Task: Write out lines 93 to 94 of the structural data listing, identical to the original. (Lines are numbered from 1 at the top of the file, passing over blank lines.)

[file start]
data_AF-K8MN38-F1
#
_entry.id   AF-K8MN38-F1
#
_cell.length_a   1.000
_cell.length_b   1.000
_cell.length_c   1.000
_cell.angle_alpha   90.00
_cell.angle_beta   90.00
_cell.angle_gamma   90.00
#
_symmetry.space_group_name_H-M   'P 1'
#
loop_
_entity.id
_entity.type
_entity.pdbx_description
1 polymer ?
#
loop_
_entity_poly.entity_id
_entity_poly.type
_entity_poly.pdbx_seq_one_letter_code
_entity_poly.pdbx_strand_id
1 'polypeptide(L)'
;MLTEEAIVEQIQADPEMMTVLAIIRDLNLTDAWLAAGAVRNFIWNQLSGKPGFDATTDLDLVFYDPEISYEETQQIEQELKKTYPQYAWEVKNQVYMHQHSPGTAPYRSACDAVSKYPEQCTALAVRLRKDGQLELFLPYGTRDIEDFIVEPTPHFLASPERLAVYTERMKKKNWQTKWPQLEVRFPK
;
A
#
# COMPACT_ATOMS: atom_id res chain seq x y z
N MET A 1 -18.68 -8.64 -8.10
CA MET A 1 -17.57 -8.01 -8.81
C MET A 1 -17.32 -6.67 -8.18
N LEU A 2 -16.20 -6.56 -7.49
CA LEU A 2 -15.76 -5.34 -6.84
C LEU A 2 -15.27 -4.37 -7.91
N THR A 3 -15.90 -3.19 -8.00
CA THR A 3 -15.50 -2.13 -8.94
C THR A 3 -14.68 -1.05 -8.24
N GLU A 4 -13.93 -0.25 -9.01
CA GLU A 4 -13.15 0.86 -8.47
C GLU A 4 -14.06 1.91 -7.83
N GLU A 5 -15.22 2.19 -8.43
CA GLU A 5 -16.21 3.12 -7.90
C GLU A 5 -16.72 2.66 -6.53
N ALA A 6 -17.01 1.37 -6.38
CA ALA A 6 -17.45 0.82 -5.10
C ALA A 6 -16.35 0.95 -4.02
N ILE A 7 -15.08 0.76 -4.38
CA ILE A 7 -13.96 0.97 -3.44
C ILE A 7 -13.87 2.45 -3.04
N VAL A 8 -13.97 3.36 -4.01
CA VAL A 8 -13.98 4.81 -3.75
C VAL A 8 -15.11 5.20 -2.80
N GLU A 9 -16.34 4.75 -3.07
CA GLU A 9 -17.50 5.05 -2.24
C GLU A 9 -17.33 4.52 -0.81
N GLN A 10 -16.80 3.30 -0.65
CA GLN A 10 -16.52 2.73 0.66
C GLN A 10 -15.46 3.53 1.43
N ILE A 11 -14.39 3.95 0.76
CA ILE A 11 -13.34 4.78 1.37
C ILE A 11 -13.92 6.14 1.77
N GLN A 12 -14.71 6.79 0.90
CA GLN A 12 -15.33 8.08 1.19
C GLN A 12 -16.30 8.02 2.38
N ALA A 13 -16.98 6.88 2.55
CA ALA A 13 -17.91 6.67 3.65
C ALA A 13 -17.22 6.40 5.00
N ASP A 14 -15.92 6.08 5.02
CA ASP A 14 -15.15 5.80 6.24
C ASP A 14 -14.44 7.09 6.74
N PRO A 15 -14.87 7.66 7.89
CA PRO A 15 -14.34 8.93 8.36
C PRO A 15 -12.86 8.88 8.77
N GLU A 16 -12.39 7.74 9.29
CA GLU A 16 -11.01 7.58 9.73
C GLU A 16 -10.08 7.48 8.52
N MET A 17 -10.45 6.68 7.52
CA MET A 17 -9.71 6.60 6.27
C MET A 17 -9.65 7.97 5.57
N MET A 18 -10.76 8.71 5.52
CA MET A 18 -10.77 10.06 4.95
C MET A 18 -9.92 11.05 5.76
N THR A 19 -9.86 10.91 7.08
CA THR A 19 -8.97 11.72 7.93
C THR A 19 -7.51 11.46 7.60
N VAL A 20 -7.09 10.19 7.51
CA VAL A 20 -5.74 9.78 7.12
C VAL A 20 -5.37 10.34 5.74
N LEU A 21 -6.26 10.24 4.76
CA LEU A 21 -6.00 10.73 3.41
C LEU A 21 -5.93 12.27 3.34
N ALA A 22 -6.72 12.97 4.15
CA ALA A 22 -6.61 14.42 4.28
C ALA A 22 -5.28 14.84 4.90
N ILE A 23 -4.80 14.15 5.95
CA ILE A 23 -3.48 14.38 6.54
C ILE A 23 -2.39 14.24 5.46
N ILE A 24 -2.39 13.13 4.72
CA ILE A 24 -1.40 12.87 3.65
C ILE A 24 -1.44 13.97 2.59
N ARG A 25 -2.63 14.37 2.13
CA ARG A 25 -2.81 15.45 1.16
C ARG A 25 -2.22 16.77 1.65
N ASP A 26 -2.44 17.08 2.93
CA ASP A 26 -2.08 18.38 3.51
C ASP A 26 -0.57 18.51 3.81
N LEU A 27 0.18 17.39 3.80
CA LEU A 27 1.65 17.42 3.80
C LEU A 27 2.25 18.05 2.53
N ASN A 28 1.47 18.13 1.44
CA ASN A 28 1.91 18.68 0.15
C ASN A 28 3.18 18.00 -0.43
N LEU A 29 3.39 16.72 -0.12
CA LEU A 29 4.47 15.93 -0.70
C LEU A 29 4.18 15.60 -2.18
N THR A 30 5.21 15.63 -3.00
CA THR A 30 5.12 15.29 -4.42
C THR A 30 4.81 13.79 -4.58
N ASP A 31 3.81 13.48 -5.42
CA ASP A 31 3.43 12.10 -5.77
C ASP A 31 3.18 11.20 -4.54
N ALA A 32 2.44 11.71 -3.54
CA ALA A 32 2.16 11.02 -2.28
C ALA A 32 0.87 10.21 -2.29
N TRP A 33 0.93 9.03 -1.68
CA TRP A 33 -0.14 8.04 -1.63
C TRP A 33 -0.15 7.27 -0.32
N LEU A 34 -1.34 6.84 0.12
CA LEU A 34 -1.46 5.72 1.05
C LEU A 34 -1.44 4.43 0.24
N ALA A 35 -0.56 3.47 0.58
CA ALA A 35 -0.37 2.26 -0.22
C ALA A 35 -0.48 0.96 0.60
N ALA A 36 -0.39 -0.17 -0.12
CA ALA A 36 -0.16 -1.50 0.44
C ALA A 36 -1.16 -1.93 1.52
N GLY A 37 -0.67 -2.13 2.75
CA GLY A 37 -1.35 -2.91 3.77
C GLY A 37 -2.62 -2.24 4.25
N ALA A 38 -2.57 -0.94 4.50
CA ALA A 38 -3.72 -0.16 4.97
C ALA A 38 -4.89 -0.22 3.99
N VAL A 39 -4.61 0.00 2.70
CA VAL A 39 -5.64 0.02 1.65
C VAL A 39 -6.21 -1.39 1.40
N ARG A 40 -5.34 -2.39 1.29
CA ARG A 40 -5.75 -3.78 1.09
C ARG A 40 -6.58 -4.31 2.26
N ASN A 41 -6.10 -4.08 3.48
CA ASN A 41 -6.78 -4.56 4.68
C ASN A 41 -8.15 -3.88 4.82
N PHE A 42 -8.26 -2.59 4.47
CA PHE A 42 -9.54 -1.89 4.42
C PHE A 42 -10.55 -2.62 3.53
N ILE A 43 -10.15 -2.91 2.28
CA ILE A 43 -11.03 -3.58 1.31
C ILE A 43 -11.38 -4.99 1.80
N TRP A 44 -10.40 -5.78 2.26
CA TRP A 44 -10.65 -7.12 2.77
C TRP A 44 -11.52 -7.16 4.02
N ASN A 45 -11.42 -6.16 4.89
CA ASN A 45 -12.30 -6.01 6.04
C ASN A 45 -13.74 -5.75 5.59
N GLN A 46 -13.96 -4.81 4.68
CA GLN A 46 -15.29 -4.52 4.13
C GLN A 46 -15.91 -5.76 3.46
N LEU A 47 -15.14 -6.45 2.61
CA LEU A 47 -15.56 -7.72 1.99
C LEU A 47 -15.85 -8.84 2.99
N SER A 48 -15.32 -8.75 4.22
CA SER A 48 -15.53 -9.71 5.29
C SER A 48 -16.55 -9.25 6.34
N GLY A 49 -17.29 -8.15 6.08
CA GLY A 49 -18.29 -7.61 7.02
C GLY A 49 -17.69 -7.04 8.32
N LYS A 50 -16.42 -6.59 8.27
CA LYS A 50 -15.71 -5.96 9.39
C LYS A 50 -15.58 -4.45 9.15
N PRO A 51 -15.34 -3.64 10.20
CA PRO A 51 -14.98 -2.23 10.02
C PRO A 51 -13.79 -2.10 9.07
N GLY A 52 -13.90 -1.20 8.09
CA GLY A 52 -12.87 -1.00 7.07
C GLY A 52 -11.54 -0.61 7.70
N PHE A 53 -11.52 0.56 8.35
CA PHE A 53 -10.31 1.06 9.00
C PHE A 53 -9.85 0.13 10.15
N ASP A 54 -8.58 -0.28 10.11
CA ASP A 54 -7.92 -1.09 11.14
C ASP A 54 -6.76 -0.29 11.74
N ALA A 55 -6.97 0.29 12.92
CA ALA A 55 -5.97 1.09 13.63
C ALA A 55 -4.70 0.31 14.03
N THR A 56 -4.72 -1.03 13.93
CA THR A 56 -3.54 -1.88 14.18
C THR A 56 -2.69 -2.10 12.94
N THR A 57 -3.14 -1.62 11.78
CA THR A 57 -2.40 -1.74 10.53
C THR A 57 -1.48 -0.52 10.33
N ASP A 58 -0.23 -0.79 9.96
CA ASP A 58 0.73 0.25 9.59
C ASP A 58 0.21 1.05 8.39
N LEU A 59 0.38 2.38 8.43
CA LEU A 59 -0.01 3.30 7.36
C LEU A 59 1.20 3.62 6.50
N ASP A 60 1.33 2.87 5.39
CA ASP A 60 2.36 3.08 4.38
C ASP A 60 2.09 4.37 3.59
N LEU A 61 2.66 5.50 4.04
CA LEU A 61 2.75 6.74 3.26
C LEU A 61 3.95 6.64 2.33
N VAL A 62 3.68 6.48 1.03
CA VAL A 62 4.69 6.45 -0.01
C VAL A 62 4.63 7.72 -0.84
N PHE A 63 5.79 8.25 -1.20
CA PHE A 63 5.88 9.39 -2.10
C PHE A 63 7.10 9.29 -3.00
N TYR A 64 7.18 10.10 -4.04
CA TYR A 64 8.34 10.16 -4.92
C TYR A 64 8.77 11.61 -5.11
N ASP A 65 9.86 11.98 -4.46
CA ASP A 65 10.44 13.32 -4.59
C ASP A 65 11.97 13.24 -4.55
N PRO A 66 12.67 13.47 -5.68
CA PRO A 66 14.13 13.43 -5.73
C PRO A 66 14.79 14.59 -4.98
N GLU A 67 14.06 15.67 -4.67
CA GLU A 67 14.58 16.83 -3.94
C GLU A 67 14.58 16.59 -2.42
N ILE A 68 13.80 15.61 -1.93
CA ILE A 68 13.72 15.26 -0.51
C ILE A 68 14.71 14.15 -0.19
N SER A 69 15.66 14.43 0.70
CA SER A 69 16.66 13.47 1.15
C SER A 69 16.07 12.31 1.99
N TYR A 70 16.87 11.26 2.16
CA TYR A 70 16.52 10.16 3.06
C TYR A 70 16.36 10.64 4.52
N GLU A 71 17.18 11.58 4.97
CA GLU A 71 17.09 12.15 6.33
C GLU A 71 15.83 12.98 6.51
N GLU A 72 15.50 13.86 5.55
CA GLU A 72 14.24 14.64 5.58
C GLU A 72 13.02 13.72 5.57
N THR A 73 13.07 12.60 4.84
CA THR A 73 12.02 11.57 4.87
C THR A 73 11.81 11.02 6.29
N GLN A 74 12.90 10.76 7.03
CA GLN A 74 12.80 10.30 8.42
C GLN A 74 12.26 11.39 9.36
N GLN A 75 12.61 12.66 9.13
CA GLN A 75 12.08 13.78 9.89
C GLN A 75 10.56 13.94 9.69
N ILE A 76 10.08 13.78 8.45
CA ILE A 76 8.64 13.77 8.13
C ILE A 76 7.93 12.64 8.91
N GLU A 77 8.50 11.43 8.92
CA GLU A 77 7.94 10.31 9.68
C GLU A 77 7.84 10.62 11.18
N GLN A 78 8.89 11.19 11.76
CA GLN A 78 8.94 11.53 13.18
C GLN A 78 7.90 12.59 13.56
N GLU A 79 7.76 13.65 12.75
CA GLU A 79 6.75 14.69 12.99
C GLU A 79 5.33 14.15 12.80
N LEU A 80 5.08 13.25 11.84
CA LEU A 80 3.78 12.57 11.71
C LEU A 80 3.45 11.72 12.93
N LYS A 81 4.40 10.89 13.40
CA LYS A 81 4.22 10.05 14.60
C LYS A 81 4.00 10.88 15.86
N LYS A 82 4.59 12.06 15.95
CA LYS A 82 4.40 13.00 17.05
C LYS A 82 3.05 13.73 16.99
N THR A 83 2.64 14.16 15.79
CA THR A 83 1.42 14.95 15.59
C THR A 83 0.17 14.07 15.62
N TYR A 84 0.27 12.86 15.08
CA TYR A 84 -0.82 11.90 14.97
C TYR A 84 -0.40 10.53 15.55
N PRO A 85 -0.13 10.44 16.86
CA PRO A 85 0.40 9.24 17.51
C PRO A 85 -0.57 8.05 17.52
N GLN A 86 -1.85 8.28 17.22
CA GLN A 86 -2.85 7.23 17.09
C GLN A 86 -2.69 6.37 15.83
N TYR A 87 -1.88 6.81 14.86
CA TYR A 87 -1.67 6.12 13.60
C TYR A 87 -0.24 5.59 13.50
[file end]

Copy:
C LEU A 21 -5.93 12.27 3.34
N ALA A 22 -6.72 12.97 4.15